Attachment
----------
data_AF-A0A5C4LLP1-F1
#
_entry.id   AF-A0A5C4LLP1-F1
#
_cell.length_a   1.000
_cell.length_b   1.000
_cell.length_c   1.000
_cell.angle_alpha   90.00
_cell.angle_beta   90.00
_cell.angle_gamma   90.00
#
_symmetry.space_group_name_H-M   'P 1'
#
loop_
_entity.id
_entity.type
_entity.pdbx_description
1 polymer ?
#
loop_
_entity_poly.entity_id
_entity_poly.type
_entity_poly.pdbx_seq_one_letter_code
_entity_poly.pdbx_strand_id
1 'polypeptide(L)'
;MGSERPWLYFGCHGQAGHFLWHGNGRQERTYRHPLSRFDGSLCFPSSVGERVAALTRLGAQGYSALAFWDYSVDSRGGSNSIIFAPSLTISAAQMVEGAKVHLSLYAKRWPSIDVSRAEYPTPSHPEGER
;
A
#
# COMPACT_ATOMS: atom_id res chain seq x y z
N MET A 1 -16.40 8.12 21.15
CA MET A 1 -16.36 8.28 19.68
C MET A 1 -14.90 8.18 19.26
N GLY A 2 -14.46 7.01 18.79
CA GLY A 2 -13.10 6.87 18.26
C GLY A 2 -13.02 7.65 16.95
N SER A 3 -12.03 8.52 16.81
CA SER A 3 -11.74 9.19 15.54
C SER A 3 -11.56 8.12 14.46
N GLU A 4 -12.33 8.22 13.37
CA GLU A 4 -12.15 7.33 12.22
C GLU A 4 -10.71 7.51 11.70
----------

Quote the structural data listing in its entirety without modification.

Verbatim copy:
data_AF-A0A5C4LLP1-F1
#
_entry.id   AF-A0A5C4LLP1-F1
#
_cell.length_a   1.000
_cell.length_b   1.000
_cell.length_c   1.000
_cell.angle_alpha   90.00
_cell.angle_beta   90.00
_cell.angle_gamma   90.00
#
_symmetry.space_group_name_H-M   'P 1'
#
loop_
_entity.id
_entity.type
_entity.pdbx_description
1 polymer ?
#
loop_
_entity_poly.entity_id
_entity_poly.type
_entity_poly.pdbx_seq_one_letter_code
_entity_poly.pdbx_strand_id
1 'polypeptide(L)'
;MGSERPWLYFGCHGQAGHFLWHGNGRQERTYRHPLSRFDGSLCFPSSVGERVAALTRLGAQGYSALAFWDYSVDSRGGSNSIIFAPSLTISAAQMVEGAKVHLSLYAKRWPSIDVSRAEYPTPSHPEGER
;
A
#
# COMPACT_ATOMS: atom_id res chain seq x y z
N MET A 1 -16.40 8.12 21.15
CA MET A 1 -16.36 8.28 19.68
C MET A 1 -14.90 8.18 19.26
N GLY A 2 -14.46 7.01 18.79
CA GLY A 2 -13.10 6.87 18.26
C GLY A 2 -13.02 7.65 16.95
N SER A 3 -12.03 8.52 16.81
CA SER A 3 -11.74 9.19 15.54
C SER A 3 -11.56 8.12 14.46
N GLU A 4 -12.33 8.22 13.37
CA GLU A 4 -12.15 7.33 12.22
C GLU A 4 -10.71 7.51 11.70